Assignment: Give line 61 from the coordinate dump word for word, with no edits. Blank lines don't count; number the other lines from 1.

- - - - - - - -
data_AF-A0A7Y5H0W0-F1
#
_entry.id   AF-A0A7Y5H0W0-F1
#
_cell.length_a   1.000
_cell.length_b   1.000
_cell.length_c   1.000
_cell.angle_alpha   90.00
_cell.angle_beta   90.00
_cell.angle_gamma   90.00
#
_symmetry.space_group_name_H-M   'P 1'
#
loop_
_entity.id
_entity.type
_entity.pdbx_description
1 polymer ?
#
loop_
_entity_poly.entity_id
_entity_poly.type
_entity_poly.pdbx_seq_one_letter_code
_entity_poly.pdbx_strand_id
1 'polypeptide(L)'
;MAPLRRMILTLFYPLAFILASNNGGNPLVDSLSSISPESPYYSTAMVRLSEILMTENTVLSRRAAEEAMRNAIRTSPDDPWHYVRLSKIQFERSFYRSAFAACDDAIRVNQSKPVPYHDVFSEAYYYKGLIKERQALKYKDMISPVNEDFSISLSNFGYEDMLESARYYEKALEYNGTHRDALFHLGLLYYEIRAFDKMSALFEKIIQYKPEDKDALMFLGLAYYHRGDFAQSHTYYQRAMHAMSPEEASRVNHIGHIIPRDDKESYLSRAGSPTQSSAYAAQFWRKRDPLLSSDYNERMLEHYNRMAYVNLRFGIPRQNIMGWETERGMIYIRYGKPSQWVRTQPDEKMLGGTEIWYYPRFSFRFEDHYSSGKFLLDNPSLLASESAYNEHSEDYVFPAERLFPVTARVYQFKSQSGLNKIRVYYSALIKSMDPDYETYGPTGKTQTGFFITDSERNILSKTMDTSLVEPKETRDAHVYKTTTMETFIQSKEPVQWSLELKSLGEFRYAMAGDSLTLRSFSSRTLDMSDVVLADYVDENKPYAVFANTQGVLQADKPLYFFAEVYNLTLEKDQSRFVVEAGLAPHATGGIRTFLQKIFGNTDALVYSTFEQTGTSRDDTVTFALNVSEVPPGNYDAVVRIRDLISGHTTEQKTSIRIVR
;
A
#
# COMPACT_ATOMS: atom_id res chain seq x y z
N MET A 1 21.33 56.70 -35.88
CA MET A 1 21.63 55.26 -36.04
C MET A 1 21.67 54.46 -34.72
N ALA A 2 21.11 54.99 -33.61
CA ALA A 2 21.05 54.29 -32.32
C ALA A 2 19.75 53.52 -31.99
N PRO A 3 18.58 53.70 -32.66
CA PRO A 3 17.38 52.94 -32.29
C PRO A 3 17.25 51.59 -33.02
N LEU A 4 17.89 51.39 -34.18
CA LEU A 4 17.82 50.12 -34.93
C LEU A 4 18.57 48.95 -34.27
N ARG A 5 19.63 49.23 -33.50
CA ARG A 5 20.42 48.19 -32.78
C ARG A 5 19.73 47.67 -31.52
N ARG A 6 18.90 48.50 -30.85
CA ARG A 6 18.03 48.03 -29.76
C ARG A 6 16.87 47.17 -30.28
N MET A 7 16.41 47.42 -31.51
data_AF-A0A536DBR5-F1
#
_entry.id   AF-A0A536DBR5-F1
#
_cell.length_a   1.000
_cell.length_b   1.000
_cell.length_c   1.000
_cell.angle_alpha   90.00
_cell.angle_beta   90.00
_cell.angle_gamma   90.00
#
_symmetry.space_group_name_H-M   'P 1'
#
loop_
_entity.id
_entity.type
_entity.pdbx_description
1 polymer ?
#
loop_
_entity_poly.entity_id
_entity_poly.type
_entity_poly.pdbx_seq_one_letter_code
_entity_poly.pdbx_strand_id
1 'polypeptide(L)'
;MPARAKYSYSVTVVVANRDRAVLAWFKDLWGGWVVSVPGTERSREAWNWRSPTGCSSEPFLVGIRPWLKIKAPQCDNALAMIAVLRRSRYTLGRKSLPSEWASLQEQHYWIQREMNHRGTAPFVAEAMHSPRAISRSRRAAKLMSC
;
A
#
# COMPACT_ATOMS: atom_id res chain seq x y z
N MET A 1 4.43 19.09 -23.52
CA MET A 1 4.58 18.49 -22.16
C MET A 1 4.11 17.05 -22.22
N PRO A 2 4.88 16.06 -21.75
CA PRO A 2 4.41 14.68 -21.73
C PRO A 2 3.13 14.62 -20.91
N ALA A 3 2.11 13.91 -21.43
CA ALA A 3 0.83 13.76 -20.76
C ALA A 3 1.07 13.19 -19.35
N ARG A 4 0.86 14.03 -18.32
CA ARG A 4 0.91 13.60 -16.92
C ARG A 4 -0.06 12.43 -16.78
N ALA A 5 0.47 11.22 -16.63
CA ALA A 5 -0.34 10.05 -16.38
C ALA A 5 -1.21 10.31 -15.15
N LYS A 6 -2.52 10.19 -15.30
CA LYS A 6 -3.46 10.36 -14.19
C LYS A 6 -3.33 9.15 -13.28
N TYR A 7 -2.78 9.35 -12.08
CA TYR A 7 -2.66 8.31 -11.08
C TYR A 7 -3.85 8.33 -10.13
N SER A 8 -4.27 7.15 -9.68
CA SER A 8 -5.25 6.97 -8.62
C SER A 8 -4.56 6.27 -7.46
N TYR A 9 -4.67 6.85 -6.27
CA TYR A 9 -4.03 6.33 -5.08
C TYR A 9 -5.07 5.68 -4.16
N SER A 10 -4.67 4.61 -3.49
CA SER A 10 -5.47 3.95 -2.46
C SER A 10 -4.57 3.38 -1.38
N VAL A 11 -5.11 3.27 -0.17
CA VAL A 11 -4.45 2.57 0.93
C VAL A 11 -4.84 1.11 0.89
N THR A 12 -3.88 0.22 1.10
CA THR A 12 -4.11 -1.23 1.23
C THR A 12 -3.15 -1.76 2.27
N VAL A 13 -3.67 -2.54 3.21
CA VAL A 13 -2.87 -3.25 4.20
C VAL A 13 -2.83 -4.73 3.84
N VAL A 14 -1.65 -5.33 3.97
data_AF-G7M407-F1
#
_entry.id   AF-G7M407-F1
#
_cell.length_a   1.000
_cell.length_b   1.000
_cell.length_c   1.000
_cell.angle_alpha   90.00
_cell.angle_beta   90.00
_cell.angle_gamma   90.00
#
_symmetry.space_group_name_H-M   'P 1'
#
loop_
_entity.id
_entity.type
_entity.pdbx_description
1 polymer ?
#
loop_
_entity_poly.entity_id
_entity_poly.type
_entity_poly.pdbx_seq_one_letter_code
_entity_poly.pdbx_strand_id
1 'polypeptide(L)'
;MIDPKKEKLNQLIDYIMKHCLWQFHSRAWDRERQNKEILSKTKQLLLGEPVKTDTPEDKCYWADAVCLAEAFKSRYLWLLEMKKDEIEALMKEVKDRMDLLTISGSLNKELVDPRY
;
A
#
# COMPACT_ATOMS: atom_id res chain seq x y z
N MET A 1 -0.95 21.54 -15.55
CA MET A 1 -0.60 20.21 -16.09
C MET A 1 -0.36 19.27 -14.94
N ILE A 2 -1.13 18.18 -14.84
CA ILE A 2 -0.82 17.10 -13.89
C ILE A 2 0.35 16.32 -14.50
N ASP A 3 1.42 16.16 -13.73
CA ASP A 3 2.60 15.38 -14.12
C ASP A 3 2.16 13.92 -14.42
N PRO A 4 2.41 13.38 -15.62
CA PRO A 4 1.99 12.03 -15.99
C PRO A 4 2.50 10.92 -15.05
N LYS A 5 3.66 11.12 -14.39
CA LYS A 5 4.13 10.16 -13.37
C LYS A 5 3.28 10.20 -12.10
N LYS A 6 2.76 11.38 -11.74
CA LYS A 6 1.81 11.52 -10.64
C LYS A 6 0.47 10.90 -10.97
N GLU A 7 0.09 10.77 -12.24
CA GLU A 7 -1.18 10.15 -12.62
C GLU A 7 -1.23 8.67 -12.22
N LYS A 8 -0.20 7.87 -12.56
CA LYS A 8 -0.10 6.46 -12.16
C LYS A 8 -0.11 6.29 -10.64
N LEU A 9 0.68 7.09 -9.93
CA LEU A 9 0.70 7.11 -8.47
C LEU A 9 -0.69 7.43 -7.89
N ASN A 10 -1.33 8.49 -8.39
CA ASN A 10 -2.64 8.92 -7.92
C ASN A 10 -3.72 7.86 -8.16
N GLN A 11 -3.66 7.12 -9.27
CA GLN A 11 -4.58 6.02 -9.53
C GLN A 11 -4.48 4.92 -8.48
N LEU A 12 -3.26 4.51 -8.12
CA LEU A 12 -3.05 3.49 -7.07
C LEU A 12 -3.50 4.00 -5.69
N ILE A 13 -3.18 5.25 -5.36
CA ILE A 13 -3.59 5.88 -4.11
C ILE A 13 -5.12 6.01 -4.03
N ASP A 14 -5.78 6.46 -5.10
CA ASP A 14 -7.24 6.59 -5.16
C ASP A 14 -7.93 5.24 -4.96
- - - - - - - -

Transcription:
_symmetry.space_group_name_H-M   'P 1'